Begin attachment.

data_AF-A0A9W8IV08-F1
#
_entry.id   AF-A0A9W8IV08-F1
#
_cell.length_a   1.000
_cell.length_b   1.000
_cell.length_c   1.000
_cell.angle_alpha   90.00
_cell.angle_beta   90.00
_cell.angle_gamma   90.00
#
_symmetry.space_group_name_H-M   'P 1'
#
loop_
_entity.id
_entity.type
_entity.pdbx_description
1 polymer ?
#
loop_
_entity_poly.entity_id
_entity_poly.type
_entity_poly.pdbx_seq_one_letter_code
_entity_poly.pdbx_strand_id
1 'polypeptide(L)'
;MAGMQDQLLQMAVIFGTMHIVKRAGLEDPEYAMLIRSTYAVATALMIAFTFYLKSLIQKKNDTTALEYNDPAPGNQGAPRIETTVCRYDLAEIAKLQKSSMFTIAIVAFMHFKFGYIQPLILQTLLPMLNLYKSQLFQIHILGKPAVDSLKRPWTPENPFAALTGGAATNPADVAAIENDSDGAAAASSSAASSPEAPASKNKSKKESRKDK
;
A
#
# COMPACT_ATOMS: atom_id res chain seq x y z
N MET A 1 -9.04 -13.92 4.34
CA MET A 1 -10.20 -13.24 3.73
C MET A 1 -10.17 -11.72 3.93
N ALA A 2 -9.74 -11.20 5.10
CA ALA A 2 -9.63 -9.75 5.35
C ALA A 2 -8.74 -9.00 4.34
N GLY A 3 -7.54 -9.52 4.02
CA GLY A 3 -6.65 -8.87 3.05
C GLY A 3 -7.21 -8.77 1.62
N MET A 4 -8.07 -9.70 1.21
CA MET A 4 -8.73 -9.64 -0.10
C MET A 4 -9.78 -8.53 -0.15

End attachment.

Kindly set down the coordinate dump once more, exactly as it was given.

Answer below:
data_AF-A0A9W8IV08-F1
#
_entry.id   AF-A0A9W8IV08-F1
#
_cell.length_a   1.000
_cell.length_b   1.000
_cell.length_c   1.000
_cell.angle_alpha   90.00
_cell.angle_beta   90.00
_cell.angle_gamma   90.00
#
_symmetry.space_group_name_H-M   'P 1'
#
loop_
_entity.id
_entity.type
_entity.pdbx_description
1 polymer ?
#
loop_
_entity_poly.entity_id
_entity_poly.type
_entity_poly.pdbx_seq_one_letter_code
_entity_poly.pdbx_strand_id
1 'polypeptide(L)'
;MAGMQDQLLQMAVIFGTMHIVKRAGLEDPEYAMLIRSTYAVATALMIAFTFYLKSLIQKKNDTTALEYNDPAPGNQGAPRIETTVCRYDLAEIAKLQKSSMFTIAIVAFMHFKFGYIQPLILQTLLPMLNLYKSQLFQIHILGKPAVDSLKRPWTPENPFAALTGGAATNPADVAAIENDSDGAAAASSSAASSPEAPASKNKSKKESRKDK
;
A
#
# COMPACT_ATOMS: atom_id res chain seq x y z
N MET A 1 -9.04 -13.92 4.34
CA MET A 1 -10.20 -13.24 3.73
C MET A 1 -10.17 -11.72 3.93
N ALA A 2 -9.74 -11.20 5.10
CA ALA A 2 -9.63 -9.75 5.35
C ALA A 2 -8.74 -9.00 4.34
N GLY A 3 -7.54 -9.52 4.02
CA GLY A 3 -6.65 -8.87 3.05
C GLY A 3 -7.21 -8.77 1.62
N MET A 4 -8.07 -9.70 1.21
CA MET A 4 -8.73 -9.64 -0.10
C MET A 4 -9.78 -8.53 -0.15